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Homeracing

Is American Pharoah’s Date with Destiny Doomed by a Date?

Profile Picture: Derek Simon

Derek Simon

June 4th, 2015

If American Pharoah wins the Belmont Stakes on Saturday, he will do something that has been accomplished just seven times since 1941.

No, I’m not talking about winning the Triple Crown — that’s statistically easy by comparison. I’m talking about annexing the Belmont Stakes as a February foal.

11 horses have won the Test of Champions after first capturing the Kentucky Derby and Preakness Stakes, yet only seven horses known to be foaled in the month of February have, likewise, passed the Test. Notable February failures at Big Sandy include California Chrome, Orb, Smarty Jones, War Emblem, Silver Charm and Spectacular Bid.

True, Chrome lost to Tonalist, who was also born in the second calendar month of the year, but that’s still only seven February foal winners from 67 editions of the Belmont in which the birth date of the victor was known.

Now, I know what some of you are thinking: this guy has flipped his lid — birthdays as a handicapping factor? Next, he’ll be telling us what the Tarot cards reveal about the third leg of the Triple Crown. Well, as it so happens, I drew the “fool” card — but I was inquiring about my Belmont Day betting prospects, so I don’t think it relates to American Pharoah’s chances on Saturday.

In all seriousness, though, many industry insiders believe that foaling dates are of great importance.

“At the start of the year, we think of all these horses as three-year-olds,” trainer Todd Pletcher told ESPN, “but some of them might not actually be three for another two or three months. And 60 or 90 days can be very important in a young horse's development.”

Dave Schwartz, who runs the excellent Web site TheHorseHandicappingAuthority, examined over 638,000 horses that ran in North America in 2014 and found that approximately six percent of them were born in January; 19 percent were born in February; 30 percent were born in both March and April; 14 percent were foaled in May; and the remaining one percent entered the world in other months.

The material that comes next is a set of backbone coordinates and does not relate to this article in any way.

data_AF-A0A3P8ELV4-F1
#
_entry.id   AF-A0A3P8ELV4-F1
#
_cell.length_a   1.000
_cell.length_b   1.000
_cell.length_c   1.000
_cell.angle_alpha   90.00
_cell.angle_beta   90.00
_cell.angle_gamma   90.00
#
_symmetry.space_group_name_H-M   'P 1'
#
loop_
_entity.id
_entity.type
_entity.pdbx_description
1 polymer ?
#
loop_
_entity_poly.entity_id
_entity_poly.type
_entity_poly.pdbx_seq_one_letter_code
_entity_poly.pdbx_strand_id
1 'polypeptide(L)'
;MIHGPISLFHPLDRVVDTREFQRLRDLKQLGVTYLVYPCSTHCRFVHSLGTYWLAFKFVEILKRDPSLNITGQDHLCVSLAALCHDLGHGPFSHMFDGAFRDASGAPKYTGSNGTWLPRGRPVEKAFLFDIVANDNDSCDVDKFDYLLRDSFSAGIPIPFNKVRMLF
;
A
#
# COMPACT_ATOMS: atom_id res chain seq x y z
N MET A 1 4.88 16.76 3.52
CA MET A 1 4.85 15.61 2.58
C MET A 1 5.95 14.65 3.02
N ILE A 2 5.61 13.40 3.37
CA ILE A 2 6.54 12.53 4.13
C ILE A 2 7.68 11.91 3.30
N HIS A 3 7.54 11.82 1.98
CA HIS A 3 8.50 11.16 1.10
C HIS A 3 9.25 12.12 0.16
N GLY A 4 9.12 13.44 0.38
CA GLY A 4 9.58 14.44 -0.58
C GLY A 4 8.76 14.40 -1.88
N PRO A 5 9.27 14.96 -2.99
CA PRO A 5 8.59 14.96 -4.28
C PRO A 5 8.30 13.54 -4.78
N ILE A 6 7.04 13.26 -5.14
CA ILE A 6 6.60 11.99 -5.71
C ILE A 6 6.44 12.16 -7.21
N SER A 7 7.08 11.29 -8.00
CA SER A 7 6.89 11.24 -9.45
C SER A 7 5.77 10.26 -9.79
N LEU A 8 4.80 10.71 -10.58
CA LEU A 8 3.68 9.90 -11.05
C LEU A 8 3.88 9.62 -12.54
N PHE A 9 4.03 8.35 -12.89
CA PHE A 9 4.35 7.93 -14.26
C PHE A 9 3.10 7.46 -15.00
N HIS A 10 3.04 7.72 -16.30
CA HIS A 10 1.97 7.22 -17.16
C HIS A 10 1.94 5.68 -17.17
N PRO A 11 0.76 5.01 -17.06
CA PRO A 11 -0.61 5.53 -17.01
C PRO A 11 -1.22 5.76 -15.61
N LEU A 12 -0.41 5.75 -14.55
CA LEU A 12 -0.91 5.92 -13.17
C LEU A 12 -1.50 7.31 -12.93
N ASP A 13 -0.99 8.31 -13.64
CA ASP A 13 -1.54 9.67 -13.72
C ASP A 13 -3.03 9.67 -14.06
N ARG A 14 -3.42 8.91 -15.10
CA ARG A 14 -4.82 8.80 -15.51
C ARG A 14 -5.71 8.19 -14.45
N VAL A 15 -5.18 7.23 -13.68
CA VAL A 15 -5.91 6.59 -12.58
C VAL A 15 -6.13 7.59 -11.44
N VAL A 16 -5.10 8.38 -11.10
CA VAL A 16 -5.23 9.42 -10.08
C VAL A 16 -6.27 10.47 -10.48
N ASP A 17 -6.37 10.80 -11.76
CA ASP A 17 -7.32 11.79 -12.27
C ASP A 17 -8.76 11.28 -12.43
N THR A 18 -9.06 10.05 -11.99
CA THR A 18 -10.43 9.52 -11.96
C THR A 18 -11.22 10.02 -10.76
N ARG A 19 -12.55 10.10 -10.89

And guess what? The Kentucky Derby, which has long stressed precocity — remember that old Dosage-plus-Experimental-Free-Handicap system that made the rounds a few years ago? — has been dominated by early foals. In fact, using the percentages above to establish impact values, we discover the following:

Now, the interesting part: Take a look at a similar table documenting Belmont winners whose birthdates were known.

Notice the shift? Instead of February and March being the most prolific foaling months for Belmont winners (like they were for Derby champs), March and April claim that honor.

I don’t think this is coincidental.

Going back to Todd Pletcher’s comments, it seems reasonable to assume that the greatest detriment to winning a Triple Crown is not the rigors of the campaign (as is so often lamented in the media), but, rather, the very real possibility that, by the time the Belmont rolls around, later foals have caught up to their more mature rivals.

A great example of this was the legendary Forego, who was born on April 30, 1970. The gelded son of Forli won “just” three of his first nine starts before visiting the winner’s circle 29 times in his next 42 trips to post en route to three consecutive Horse of the Year titles from 1974-76.

In fact, a 1997 study by Bertrand Langlois and Christine Blouin seems to suggest that the month of birth plays a role in total earnings and earnings per start up until the age of five, when the effect dissipates.

Of course, none of this means that American Pharoah is destined to disappoint in his date with destiny, but it does suggest that later foals like Mubtaahij, Frosted and Materiality might be better today than they were a few weeks ago.

Belmont Entrant (month born)

1-Muubtahij (April)
2-Tale of Verve (April)
3-Madefromlucky (March)
4-Frammento (April)
5-American Pharoah (February)
6-Frosted (April)
7-Keen Ice (March)
8-Materiality (April)

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